The wave of consolidation in the fund management and platform space is primarily driven by the cost pressures felt by the industry, experts have said.
Speaking on the FTAdviser podcast, Ben Yearsley, investment consultant at Fairview Investing, said clients had started probing what they were paying for their financial life, narrowing margins for firms.
He said: “Price is such an important thing and since clients have started getting the break down in pounds and pence of what asset management, platforms and advisers are taking, cost pressure has become a big part of it.
“These businesses have so many layers of costs and mergers are one way of reducing the costs and becoming more efficient.”
Mr Yearsley noted the cost pressure was felt more acutely by big, listed fund houses, who had a pressure to grow but also a high cost base and expensive, legacy funds.
He added: “One way of satisfying your shareholders is buying. If you can pick it up on the cheap, you can strip out at least one layer of the cost by ditching half the people.
“I’m not sure it works, though. It’s rare to see a really successful merger.”
Mr Yearsley was discussing the growing number of mergers and acquisitions in the industry with Mike Barrett, consultant at the Lang Cat.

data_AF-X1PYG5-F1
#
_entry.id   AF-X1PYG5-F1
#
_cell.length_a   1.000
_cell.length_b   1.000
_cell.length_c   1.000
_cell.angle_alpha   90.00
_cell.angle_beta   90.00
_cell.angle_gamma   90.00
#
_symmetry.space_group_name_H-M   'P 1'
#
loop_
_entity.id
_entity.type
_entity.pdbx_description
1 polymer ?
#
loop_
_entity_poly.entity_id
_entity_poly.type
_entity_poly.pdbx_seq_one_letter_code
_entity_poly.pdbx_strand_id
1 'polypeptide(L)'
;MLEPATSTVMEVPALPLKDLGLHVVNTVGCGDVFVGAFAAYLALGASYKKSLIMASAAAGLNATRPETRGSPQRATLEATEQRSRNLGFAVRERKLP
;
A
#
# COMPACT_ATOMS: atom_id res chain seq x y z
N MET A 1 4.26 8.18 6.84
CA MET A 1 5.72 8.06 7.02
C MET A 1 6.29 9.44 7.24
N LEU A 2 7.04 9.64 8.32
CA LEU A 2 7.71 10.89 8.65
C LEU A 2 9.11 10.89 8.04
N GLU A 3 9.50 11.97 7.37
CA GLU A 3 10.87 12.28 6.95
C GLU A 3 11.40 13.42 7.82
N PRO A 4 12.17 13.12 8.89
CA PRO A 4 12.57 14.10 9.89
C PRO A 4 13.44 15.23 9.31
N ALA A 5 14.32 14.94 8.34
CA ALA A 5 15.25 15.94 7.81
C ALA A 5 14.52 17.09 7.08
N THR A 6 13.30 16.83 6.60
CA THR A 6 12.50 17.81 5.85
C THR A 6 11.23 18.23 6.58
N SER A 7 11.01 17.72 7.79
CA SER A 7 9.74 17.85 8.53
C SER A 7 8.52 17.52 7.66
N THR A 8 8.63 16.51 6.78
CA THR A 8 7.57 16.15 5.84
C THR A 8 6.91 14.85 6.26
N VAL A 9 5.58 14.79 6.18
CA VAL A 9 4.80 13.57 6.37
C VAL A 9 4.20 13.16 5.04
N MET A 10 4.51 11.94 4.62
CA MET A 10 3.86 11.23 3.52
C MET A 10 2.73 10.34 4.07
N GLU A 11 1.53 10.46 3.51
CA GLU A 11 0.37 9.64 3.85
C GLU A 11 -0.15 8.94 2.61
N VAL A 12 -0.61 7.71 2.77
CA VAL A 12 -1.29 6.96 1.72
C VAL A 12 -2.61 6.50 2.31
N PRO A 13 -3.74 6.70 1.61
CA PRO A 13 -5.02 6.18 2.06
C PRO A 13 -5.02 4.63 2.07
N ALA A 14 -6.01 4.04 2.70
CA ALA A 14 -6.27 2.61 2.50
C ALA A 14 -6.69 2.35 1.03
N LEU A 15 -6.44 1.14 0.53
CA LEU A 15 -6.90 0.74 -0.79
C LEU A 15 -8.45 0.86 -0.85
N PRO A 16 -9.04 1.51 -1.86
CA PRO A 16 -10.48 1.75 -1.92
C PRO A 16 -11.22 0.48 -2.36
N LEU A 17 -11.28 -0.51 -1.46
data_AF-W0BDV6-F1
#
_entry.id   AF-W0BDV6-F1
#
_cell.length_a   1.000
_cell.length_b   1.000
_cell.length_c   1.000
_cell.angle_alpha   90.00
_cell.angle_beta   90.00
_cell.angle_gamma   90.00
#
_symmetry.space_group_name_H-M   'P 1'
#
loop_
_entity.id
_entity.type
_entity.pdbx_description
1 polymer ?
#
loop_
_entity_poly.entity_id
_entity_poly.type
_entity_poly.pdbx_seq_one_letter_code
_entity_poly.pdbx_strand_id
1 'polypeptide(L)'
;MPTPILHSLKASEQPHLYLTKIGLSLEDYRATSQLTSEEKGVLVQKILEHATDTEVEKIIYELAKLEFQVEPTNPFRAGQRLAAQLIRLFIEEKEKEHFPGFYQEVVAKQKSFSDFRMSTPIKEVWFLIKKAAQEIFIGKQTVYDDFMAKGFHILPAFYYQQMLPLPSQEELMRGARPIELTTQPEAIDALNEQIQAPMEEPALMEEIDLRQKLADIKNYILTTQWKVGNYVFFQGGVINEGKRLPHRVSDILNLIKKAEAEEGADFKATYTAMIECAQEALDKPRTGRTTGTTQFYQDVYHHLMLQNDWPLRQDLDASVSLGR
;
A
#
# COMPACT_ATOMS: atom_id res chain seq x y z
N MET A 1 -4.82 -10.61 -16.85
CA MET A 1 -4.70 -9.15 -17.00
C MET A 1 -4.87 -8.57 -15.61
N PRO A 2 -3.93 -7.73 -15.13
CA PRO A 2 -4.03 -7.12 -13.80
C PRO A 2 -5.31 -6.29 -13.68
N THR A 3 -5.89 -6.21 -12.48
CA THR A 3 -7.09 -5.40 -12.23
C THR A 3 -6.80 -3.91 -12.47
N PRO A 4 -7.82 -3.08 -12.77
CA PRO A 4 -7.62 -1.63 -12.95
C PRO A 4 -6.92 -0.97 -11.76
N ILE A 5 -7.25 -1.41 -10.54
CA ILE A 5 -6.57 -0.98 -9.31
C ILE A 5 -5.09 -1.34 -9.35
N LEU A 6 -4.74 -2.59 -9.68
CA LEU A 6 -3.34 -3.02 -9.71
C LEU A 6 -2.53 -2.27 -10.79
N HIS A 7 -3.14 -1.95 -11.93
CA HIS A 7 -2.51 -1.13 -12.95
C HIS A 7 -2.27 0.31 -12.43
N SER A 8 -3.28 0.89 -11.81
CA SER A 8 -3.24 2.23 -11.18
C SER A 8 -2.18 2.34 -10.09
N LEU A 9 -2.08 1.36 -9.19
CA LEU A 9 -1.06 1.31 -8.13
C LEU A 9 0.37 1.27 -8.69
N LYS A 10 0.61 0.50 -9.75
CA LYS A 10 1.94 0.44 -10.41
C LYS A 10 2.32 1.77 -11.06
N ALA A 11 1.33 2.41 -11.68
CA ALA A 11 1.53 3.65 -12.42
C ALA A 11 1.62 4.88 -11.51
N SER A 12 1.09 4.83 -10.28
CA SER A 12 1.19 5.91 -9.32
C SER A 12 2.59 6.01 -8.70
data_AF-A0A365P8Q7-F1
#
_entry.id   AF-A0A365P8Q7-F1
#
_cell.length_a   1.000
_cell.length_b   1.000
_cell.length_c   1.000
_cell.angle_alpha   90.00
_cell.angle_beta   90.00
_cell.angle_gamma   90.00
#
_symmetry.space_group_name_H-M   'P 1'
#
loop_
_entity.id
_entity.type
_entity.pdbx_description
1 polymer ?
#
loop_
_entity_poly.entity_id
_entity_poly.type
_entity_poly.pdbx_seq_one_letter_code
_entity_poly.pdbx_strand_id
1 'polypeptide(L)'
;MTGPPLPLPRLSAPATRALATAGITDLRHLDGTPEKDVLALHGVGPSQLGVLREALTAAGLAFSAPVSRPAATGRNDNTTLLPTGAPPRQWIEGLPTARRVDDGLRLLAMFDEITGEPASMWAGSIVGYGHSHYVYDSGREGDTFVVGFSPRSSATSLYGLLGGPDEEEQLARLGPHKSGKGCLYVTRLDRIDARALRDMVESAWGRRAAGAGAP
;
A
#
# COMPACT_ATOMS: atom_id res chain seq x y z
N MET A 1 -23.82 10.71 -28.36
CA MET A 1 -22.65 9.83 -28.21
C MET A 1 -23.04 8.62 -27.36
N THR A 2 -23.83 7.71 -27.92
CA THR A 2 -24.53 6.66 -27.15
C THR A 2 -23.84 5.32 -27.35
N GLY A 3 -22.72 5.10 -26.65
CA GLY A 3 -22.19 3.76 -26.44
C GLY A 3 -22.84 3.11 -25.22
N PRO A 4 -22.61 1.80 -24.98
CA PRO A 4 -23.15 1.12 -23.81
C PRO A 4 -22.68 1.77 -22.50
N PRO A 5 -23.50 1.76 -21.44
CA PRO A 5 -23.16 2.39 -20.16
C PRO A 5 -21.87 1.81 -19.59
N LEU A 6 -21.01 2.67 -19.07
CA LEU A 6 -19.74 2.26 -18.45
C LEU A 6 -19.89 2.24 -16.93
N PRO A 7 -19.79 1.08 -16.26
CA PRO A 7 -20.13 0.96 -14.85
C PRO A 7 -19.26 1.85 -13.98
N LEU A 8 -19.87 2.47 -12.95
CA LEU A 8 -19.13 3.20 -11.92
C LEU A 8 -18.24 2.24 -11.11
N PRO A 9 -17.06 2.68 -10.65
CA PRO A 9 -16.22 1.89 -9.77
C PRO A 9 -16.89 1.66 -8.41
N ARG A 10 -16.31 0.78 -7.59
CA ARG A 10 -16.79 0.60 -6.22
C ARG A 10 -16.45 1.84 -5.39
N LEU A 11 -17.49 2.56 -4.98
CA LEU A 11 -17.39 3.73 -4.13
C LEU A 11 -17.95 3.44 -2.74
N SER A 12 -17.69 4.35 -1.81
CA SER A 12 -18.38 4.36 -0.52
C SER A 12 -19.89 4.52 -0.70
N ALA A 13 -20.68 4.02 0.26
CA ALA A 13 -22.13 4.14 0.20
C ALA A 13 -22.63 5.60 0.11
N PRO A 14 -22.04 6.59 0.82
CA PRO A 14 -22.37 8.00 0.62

He agreed cost pressure played a role in trend, adding: “Margins have come under increased pressure since the transparency that’s happened over the past few years.”
Mr Barrett said the downward pressure on fees was “challenging enough” in the good times but that the last 12 months had not been “particularly great” for platforms.
He said: “The platform space is increasingly a scale game. If your margins are so thin, you need to have the scale to be able to generate the returns you simply need to stand still.”
More positively, Mr Barrett said mergers and acquisitions in the platform space were also driven by the fact it was a “reasonably buoyant market”.
He said businesses that had listed had done relatively well over the past few years and so private equity firms and investors wanted a “slice of that action”.
In a further segment, hear about the City watchdog’s evaluation of the advice market and moves made in the mortgage space from reporters Rachel Mortimer and Chloe Cheung.
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